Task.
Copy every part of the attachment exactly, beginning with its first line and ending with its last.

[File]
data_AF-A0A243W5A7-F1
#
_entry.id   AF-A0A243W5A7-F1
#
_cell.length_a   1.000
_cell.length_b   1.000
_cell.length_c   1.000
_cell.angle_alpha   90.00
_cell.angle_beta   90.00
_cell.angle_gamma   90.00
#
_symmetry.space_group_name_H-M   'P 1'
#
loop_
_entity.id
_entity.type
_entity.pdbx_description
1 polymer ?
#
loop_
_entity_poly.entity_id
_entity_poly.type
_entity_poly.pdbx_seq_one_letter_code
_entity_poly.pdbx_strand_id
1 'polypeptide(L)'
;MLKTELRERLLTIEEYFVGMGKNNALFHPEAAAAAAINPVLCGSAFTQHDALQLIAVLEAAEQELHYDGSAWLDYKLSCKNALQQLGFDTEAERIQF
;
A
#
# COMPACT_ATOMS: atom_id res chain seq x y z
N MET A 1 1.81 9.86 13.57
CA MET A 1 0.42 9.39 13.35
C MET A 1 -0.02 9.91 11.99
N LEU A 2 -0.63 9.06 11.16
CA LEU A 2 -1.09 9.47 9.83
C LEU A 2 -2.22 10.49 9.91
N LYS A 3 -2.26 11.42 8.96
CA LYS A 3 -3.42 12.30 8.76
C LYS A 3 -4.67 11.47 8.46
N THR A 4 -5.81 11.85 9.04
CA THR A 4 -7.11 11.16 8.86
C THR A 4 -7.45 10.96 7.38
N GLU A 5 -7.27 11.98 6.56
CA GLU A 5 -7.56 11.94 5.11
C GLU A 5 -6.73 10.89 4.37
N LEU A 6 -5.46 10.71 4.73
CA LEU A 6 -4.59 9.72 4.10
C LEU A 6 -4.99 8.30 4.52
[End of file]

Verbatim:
data_AF-A0A243W5A7-F1
#
_entry.id   AF-A0A243W5A7-F1
#
_cell.length_a   1.000
_cell.length_b   1.000
_cell.length_c   1.000
_cell.angle_alpha   90.00
_cell.angle_beta   90.00
_cell.angle_gamma   90.00
#
_symmetry.space_group_name_H-M   'P 1'
#
loop_
_entity.id
_entity.type
_entity.pdbx_description
1 polymer ?
#
loop_
_entity_poly.entity_id
_entity_poly.type
_entity_poly.pdbx_seq_one_letter_code
_entity_poly.pdbx_strand_id
1 'polypeptide(L)'
;MLKTELRERLLTIEEYFVGMGKNNALFHPEAAAAAAINPVLCGSAFTQHDALQLIAVLEAAEQELHYDGSAWLDYKLSCKNALQQLGFDTEAERIQF
;
A
#
# COMPACT_ATOMS: atom_id res chain seq x y z
N MET A 1 1.81 9.86 13.57
CA MET A 1 0.42 9.39 13.35
C MET A 1 -0.02 9.91 11.99
N LEU A 2 -0.63 9.06 11.16
CA LEU A 2 -1.09 9.47 9.83
C LEU A 2 -2.22 10.49 9.91
N LYS A 3 -2.26 11.42 8.96
CA LYS A 3 -3.42 12.30 8.76
C LYS A 3 -4.67 11.47 8.46
N THR A 4 -5.81 11.85 9.04
CA THR A 4 -7.11 11.16 8.86
C THR A 4 -7.45 10.96 7.38
N GLU A 5 -7.27 11.98 6.56
CA GLU A 5 -7.56 11.94 5.11
C GLU A 5 -6.73 10.89 4.37
N LEU A 6 -5.46 10.71 4.73
CA LEU A 6 -4.59 9.72 4.10
C LEU A 6 -4.99 8.30 4.52